"Although vodka is white, it paints your nose red and blackens your reputation," Anton Chekhov, the 19th century author, wrote.
The potent liquor has been a fixture of Russian life for more than five centuries, celebrated and cursed in books and films. For governments, it's been both a source of revenue and a social bane.
Now vodka is getting its due in a new museum housed in the basement of an old building in the heart of St. Petersburg, Russia's former imperial capital.
"Vodka is a part of Russian culture and national history, and people should not only drink it but also know and understand it," says Sergei Chentsov, a dermatologist who is one of the museum's directors. "If there are museums of cognac in France and whiskey in Ireland, why not have a vodka museum in Russia?"
Russians have drunk vodka to celebrate victories and relieve grief, and leaders learned it's a powerful factor in the national economy. During the reign of the last czar, Nicholas II, taxes on vodka produced 33% of state income; in Soviet times it accounted for 20%.
Vodka drinking has spawned its own rituals. Russian hussars drank from glasses balanced on their elbow, and today's military men put their awards in vodka glasses to "wash" them in a sort of blessing. At funerals, mourners salute the dead by drinking a glass of vodka straight to the bottom.
An invitation to drink is often signaled by a flick to the neck with the middle finger and thumb. When someone proposes a toast--the most common is "Na zdorovye" (To good health)--he or she downs the spirit in one gulp. That's followed by a "zakuska," or snack, of pickled fish or mushroom, a slice of cucumber, or at the very least a piece of bread.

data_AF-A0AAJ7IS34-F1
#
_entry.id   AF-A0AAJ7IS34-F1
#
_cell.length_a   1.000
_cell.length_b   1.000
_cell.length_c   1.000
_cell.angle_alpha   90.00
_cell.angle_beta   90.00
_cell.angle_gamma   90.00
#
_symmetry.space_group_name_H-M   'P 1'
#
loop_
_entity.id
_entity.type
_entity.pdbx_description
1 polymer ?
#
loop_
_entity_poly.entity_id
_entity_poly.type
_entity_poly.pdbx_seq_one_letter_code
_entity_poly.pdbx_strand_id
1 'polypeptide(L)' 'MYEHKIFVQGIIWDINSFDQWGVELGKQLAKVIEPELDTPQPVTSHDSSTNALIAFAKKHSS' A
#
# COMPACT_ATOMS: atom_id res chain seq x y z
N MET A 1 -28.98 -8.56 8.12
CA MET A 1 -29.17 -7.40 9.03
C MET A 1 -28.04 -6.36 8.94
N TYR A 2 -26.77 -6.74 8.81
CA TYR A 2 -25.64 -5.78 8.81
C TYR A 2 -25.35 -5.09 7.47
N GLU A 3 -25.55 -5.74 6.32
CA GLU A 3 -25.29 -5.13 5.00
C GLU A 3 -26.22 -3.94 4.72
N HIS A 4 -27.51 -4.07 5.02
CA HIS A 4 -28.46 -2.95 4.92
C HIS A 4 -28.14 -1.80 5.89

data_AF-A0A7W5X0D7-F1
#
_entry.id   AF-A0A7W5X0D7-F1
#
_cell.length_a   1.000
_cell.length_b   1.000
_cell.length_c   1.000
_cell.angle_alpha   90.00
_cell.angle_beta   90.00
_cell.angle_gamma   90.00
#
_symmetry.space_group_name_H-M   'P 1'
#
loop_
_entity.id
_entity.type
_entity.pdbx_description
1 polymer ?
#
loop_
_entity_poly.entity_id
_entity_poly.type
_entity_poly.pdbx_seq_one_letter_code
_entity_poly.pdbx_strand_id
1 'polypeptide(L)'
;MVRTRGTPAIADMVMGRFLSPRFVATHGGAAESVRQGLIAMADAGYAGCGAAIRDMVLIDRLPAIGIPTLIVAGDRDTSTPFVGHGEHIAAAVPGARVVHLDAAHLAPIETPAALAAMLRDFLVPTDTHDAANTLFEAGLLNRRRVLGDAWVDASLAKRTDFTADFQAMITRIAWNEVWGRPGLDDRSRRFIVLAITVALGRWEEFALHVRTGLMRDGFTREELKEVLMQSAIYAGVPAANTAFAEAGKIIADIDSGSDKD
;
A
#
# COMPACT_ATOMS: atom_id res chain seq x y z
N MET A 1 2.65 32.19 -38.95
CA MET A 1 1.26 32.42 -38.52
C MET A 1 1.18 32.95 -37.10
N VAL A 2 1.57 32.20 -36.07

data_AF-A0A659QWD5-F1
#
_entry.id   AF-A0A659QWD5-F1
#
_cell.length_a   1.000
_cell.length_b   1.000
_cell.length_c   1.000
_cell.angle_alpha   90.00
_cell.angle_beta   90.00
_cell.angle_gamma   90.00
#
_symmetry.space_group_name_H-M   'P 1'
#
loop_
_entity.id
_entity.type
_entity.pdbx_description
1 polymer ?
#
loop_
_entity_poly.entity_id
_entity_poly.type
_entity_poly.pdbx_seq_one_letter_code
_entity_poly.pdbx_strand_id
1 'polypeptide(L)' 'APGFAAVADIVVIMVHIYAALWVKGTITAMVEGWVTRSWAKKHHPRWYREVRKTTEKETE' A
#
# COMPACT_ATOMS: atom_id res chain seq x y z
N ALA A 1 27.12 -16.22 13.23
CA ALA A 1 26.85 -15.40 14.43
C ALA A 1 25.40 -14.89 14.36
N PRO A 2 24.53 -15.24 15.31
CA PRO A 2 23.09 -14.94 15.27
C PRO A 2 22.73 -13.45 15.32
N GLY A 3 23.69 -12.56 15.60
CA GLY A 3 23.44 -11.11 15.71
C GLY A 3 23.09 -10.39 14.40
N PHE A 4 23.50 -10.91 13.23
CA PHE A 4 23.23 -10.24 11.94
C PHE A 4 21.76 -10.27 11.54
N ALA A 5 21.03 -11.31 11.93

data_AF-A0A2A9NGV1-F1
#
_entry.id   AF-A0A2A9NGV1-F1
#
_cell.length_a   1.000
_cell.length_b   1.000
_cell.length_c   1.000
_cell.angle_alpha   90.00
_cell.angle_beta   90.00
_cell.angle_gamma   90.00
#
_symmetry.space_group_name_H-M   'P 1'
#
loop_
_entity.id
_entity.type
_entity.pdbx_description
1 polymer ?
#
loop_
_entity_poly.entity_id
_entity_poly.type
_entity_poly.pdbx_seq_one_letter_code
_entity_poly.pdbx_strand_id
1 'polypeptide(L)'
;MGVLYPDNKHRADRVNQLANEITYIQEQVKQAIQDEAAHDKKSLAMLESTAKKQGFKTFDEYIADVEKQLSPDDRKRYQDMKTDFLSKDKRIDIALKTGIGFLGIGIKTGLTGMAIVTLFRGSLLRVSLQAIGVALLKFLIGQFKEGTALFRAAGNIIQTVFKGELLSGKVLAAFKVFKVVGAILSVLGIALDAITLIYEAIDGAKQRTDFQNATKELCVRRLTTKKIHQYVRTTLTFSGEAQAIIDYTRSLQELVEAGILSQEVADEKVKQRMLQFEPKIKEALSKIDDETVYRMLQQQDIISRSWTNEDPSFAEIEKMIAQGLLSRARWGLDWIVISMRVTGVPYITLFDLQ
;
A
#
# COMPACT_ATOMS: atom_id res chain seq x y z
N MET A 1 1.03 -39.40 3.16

Archives put vodka's first appearance in Russia in a monastery, between 1438 and 1478, after the Russians acquired the process of distillation from Italy.
In the museum, a mannequin in monk's dress stands with a primitive distilling appliance--a heater with two tubes to separate spirits from water. The same technology is still used in countless village homes to produce homemade vodka, known as "samogon."
The museum's two rooms are full of vodka bottles, glasses and advertising posters. Old vodka labels show that two centuries ago, the drink was measured not in liters as it is now, but in buckets (25.2 pints), quarters (6.3 pints) and glasses (5.25 ounces).
Visitors will learn that Czar Peter the Great had the habit of forcing foreign ambassadors to drink against their will. Those who protested were shut in a room until their glass was empty.
An earlier czar, Boris Godunov, prohibited alcohol production during hungry times to ensure that grain was used for bread.
The Soviet Union's last leader, Mikhail Gorbachev, sharply restricted vodka sales in the late 1980s as part of a campaign to improve Russians' health and instill labor discipline. The anti-alcohol campaign dealt a blow to the Soviet economy.
It also spawned long lines for rationed vodka, lasting hatred for Gorbachev and a series of jokes, including one recounted repeatedly by the ex-Soviet president:
A man grows tired of standing in line for vodka and announces he is going to go kill Gorbachev. He arrives at Red Square only to find another long line. "What's the line for?" he asks. "It's to kill Gorbachev," he's told.
The museum displays photos of Russians excitedly waving vodka bottles in 1924 after an earlier Soviet "dry" law was canceled.
Chentsov says the proper daily portion of vodka should not exceed 1 3/4 ounces. Yet visitors to the museum can imbibe three times that amount if they try all seven types of top-notch vodka in the tasting room. Oiled bread, pancakes and caviar are included in the 375-435 ruble ($13-$15) cost of the vodka tasting.
A "dry" museum visit costs just 25 rubles, or about 86 cents.
"I'll let you in on a secret of how to distinguish the best-quality vodka," Chentsov says. "When you drink the good stuff, you don't feel the immediate need for a snack."